CHILDREN IN DAYCARE MORE BADLY BEHAVED: Youngsters cared for away from home more likely to develop 'peer problems'
Oxford University study finds: home environment provides most consistent influence on behavior
Researchers interviewed parents and teachers on behavior of children
Children who spent more time in day care more likely to be hyperactive
16 October 2013 by Daily Mail UK
Children who spend time in day care centers or with childminders (eg: group child care providers) are more likely to have behavioral issues such as hyperactivity, researchers have found. Youngsters who were cared for away from their parents also had a higher chance of ‘peer problems’, said Oxford University experts.
Researchers set out to examine how different types of care influence child behavior following the ‘dramatic increase’ in working mothers in recent decades.
‘Spending more time in day care centers, over the total period was a predictor of total problem scores,’ said Professor Alan Stein, of the university’s Department of Child and Adolescent Psychiatry.
However, children who spent more time in pre-school playgroups had fewer problems with their peers. And more time with a nanny produced better ‘pro-social behavior’ – showing willingness to help others.
The study authors, writing in the journal Child Care: Health and Development, said: ‘Children who spent more time in day care centers were more likely to be hyperactive. ‘Children receiving more care by [group care providers] were more likely to have peer problems.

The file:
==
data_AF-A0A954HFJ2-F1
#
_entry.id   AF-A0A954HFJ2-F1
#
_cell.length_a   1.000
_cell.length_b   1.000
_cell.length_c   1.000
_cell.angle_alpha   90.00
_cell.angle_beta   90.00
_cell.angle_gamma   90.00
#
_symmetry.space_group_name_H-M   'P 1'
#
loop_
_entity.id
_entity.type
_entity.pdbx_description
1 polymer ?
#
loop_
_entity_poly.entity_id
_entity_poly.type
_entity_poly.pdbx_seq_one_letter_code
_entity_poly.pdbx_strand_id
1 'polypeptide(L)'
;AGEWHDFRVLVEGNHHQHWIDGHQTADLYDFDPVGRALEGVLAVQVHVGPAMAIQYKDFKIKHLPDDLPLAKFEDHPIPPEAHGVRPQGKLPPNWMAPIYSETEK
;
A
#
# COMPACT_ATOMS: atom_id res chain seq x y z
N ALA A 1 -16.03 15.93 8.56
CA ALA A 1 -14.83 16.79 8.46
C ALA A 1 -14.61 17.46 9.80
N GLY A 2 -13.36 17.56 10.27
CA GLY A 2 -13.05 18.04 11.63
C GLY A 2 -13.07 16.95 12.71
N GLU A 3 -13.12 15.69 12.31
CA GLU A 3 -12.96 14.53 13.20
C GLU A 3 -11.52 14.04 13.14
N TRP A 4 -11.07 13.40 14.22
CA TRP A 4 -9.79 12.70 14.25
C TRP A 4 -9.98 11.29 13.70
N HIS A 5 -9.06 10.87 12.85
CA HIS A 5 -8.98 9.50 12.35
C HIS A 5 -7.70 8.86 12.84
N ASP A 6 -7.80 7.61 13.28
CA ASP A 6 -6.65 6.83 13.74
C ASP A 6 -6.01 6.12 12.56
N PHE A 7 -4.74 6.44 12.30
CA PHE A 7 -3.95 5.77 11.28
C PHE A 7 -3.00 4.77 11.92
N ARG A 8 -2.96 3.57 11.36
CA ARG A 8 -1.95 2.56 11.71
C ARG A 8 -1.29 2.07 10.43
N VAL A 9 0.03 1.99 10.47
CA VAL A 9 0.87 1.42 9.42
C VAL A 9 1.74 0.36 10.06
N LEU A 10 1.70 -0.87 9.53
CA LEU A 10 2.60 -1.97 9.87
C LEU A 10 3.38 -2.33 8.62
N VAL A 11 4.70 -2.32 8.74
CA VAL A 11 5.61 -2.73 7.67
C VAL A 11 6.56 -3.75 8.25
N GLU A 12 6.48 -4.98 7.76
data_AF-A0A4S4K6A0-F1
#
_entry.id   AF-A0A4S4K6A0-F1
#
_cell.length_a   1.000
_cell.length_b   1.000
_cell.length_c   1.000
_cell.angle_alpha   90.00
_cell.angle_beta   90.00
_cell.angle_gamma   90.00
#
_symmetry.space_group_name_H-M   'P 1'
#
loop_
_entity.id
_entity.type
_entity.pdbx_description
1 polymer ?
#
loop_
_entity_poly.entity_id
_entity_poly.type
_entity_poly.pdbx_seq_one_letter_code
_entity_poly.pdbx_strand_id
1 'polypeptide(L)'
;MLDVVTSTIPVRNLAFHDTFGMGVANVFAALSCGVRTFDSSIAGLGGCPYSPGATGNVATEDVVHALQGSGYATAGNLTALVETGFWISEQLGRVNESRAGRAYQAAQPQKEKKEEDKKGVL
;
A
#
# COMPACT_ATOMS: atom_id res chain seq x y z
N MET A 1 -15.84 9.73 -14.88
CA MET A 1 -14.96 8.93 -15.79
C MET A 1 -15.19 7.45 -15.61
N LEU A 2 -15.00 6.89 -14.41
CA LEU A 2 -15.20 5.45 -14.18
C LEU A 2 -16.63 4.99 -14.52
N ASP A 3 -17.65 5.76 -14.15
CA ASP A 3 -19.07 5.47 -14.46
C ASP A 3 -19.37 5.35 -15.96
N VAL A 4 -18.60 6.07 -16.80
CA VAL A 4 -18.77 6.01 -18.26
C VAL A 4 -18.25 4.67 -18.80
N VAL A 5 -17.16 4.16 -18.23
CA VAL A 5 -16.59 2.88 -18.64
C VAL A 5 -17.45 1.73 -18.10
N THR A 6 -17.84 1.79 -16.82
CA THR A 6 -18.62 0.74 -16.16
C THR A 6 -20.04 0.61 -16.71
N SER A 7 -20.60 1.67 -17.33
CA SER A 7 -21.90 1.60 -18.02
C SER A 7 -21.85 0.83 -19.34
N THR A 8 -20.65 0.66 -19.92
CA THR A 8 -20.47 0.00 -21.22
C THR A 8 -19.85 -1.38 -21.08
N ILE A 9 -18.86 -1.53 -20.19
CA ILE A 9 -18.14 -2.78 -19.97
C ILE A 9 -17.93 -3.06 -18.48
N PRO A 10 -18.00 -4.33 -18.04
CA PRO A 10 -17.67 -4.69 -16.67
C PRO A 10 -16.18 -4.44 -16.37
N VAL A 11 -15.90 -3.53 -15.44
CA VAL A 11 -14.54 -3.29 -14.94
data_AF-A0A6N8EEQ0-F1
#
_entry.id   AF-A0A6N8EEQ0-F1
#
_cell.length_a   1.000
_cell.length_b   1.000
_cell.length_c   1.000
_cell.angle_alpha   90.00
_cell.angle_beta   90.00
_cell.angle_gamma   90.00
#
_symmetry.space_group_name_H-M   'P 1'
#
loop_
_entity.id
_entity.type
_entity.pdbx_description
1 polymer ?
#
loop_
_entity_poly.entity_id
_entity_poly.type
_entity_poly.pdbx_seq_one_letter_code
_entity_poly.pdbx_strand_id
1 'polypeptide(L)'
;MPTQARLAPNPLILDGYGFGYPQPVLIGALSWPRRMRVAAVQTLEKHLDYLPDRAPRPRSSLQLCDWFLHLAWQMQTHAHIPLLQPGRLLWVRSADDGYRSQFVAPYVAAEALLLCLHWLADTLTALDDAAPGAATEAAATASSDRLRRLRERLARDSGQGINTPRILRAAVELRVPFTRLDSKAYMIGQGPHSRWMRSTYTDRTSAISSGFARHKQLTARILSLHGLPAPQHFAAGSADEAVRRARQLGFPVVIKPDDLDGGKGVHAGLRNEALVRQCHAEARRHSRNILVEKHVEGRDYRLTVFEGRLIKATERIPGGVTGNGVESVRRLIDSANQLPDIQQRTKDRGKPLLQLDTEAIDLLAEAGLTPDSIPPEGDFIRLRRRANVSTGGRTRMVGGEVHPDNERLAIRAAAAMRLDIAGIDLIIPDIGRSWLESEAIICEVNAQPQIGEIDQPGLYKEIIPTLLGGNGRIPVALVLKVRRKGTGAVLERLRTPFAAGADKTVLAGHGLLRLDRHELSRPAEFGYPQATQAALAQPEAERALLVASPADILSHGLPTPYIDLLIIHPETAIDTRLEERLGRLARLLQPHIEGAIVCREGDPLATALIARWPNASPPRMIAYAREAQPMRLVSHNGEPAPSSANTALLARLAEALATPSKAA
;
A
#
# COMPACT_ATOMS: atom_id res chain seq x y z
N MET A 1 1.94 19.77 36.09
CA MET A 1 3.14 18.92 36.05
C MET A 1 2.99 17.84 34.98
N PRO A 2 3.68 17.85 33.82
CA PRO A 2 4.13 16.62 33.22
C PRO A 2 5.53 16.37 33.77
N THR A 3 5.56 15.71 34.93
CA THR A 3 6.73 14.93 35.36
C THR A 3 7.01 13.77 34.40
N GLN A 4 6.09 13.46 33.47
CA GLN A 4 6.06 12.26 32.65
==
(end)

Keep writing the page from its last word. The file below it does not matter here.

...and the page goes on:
‘The findings in relation to group care suggest that it might be out of home care rather than group care that raises the risk of behavioral difficulties.’
They concluded: ‘These findings suggest that interventions to enhance children’s emotional and behavioral development might best focus on supporting families and augmenting the quality of care in the home.’
The authors said the 2010 Marmot report on health inequalities had highlighted the importance of children’s early experiences in influencing their later emotional and behavioral development.
Their study looked at 991 families recruited when the children were three months old.
All the mothers were over 16 at birth with an average age of 30.
Assessments were made around 51 months, when the children were at school entry age, through questionnaires about their behaviour and emotions completed by both teachers and parents.
Researchers also carried out direct observations of caregiving provided by mothers and observed non-parental care for at least 90 minutes for children placed in other forms of care.
The total number of hours in some kind of care away from the child’s mother was not related to the overall levels of problems, whether rated by mothers or teachers.
However, it remained the case that children who received more group care in day care centers had more behavioral difficulties, according to both their mothers and teachers.
Teacher assessments showed children who spent more time in day care centers had 'more total problems and more conduct problems.'
Children spending more time with [group care providers] were also rated as having higher levels of total problems.
'The findings in relation to [group care] suggest that it might be out of home care rather than group care that raises the risk of behavioral difficulties,' the authors said.